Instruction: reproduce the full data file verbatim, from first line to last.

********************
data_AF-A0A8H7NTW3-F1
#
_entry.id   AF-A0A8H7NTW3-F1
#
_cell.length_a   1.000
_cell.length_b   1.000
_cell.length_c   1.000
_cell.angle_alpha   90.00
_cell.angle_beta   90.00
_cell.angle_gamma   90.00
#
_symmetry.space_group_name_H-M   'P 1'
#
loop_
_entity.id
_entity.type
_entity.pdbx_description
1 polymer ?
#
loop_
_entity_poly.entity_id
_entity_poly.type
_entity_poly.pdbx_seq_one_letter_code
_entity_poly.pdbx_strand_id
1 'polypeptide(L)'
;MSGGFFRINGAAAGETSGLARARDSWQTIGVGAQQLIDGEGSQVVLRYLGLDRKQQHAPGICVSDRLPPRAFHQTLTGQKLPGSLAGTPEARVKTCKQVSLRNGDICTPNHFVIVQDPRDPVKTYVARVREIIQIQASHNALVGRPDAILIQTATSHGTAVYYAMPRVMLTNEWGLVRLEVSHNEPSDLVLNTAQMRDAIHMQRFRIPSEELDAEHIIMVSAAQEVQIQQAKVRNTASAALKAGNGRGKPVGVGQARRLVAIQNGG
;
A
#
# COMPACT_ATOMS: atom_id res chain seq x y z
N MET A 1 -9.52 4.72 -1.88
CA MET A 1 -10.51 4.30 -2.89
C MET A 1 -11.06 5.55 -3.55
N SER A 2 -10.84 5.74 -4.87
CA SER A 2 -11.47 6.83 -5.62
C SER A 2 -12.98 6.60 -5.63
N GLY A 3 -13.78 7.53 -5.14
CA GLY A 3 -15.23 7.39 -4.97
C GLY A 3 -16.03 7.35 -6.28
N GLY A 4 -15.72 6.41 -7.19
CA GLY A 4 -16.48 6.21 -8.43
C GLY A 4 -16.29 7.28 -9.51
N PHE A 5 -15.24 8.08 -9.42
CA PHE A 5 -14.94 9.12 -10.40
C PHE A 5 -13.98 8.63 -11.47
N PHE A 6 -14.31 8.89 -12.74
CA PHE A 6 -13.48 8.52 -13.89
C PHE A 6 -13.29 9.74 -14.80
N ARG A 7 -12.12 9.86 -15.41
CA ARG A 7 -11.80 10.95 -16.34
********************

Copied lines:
data_AF-A0A8H7NTW3-F1
#
_entry.id   AF-A0A8H7NTW3-F1
#
_cell.length_a   1.000
_cell.length_b   1.000
_cell.length_c   1.000
_cell.angle_alpha   90.00
_cell.angle_beta   90.00
_cell.angle_gamma   90.00
#
_symmetry.space_group_name_H-M   'P 1'
#
loop_
_entity.id
_entity.type
_entity.pdbx_description
1 polymer ?
#
loop_
_entity_poly.entity_id
_entity_poly.type
_entity_poly.pdbx_seq_one_letter_code
_entity_poly.pdbx_strand_id
1 'polypeptide(L)'
;MSGGFFRINGAAAGETSGLARARDSWQTIGVGAQQLIDGEGSQVVLRYLGLDRKQQHAPGICVSDRLPPRAFHQTLTGQKLPGSLAGTPEARVKTCKQVSLRNGDICTPNHFVIVQDPRDPVKTYVARVREIIQIQASHNALVGRPDAILIQTATSHGTAVYYAMPRVMLTNEWGLVRLEVSHNEPSDLVLNTAQMRDAIHMQRFRIPSEELDAEHIIMVSAAQEVQIQQAKVRNTASAALKAGNGRGKPVGVGQARRLVAIQNGG
;
A
#
# COMPACT_ATOMS: atom_id res chain seq x y z
N MET A 1 -9.52 4.72 -1.88
CA MET A 1 -10.51 4.30 -2.89
C MET A 1 -11.06 5.55 -3.55
N SER A 2 -10.84 5.74 -4.87
CA SER A 2 -11.47 6.83 -5.62
C SER A 2 -12.98 6.60 -5.63
N GLY A 3 -13.78 7.53 -5.14
CA GLY A 3 -15.23 7.39 -4.97
C GLY A 3 -16.03 7.35 -6.28
N GLY A 4 -15.72 6.41 -7.19
CA GLY A 4 -16.48 6.21 -8.43
C GLY A 4 -16.29 7.28 -9.51
N PHE A 5 -15.24 8.08 -9.42
CA PHE A 5 -14.94 9.12 -10.40
C PHE A 5 -13.98 8.63 -11.47
N PHE A 6 -14.31 8.89 -12.74
CA PHE A 6 -13.48 8.52 -13.89
C PHE A 6 -13.29 9.74 -14.80
N ARG A 7 -12.12 9.86 -15.41
CA ARG A 7 -11.80 10.95 -16.34